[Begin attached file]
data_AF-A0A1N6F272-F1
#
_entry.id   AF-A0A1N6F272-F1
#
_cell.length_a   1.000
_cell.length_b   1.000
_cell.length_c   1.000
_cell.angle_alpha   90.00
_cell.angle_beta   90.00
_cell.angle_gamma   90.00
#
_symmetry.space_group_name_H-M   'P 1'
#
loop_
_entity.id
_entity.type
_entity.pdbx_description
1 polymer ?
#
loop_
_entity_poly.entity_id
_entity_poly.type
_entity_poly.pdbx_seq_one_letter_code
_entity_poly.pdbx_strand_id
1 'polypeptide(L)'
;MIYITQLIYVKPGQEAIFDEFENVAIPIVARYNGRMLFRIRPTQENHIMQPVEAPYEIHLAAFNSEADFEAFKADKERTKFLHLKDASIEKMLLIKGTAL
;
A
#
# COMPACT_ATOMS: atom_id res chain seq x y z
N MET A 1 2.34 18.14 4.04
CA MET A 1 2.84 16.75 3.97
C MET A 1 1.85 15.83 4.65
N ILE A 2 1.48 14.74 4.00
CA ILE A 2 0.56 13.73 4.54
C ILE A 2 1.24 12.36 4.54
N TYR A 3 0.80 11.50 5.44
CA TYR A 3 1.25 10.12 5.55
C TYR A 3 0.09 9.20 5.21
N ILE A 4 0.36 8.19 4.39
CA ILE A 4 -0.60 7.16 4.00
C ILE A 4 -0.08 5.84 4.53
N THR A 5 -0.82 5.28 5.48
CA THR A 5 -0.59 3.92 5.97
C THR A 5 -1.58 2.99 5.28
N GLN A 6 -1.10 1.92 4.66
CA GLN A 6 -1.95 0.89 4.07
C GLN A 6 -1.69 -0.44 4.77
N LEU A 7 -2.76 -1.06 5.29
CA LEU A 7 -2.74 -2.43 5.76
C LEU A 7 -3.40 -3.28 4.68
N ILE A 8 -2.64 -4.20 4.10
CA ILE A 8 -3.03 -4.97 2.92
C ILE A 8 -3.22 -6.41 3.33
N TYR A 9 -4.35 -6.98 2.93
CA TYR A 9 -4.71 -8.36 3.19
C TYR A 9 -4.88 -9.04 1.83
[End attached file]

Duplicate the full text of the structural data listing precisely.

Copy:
data_AF-A0A1N6F272-F1
#
_entry.id   AF-A0A1N6F272-F1
#
_cell.length_a   1.000
_cell.length_b   1.000
_cell.length_c   1.000
_cell.angle_alpha   90.00
_cell.angle_beta   90.00
_cell.angle_gamma   90.00
#
_symmetry.space_group_name_H-M   'P 1'
#
loop_
_entity.id
_entity.type
_entity.pdbx_description
1 polymer ?
#
loop_
_entity_poly.entity_id
_entity_poly.type
_entity_poly.pdbx_seq_one_letter_code
_entity_poly.pdbx_strand_id
1 'polypeptide(L)'
;MIYITQLIYVKPGQEAIFDEFENVAIPIVARYNGRMLFRIRPTQENHIMQPVEAPYEIHLAAFNSEADFEAFKADKERTKFLHLKDASIEKMLLIKGTAL
;
A
#
# COMPACT_ATOMS: atom_id res chain seq x y z
N MET A 1 2.34 18.14 4.04
CA MET A 1 2.84 16.75 3.97
C MET A 1 1.85 15.83 4.65
N ILE A 2 1.48 14.74 4.00
CA ILE A 2 0.56 13.73 4.54
C ILE A 2 1.24 12.36 4.54
N TYR A 3 0.80 11.50 5.44
CA TYR A 3 1.25 10.12 5.55
C TYR A 3 0.09 9.20 5.21
N ILE A 4 0.36 8.19 4.39
CA ILE A 4 -0.60 7.16 4.00
C ILE A 4 -0.08 5.84 4.53
N THR A 5 -0.82 5.28 5.48
CA THR A 5 -0.59 3.92 5.97
C THR A 5 -1.58 2.99 5.28
N GLN A 6 -1.10 1.92 4.66
CA GLN A 6 -1.95 0.89 4.07
C GLN A 6 -1.69 -0.44 4.77
N LEU A 7 -2.76 -1.06 5.29
CA LEU A 7 -2.74 -2.43 5.76
C LEU A 7 -3.40 -3.28 4.68
N ILE A 8 -2.64 -4.20 4.10
CA ILE A 8 -3.03 -4.97 2.92
C ILE A 8 -3.22 -6.41 3.33
N TYR A 9 -4.35 -6.98 2.93
CA TYR A 9 -4.71 -8.36 3.19
C TYR A 9 -4.88 -9.04 1.83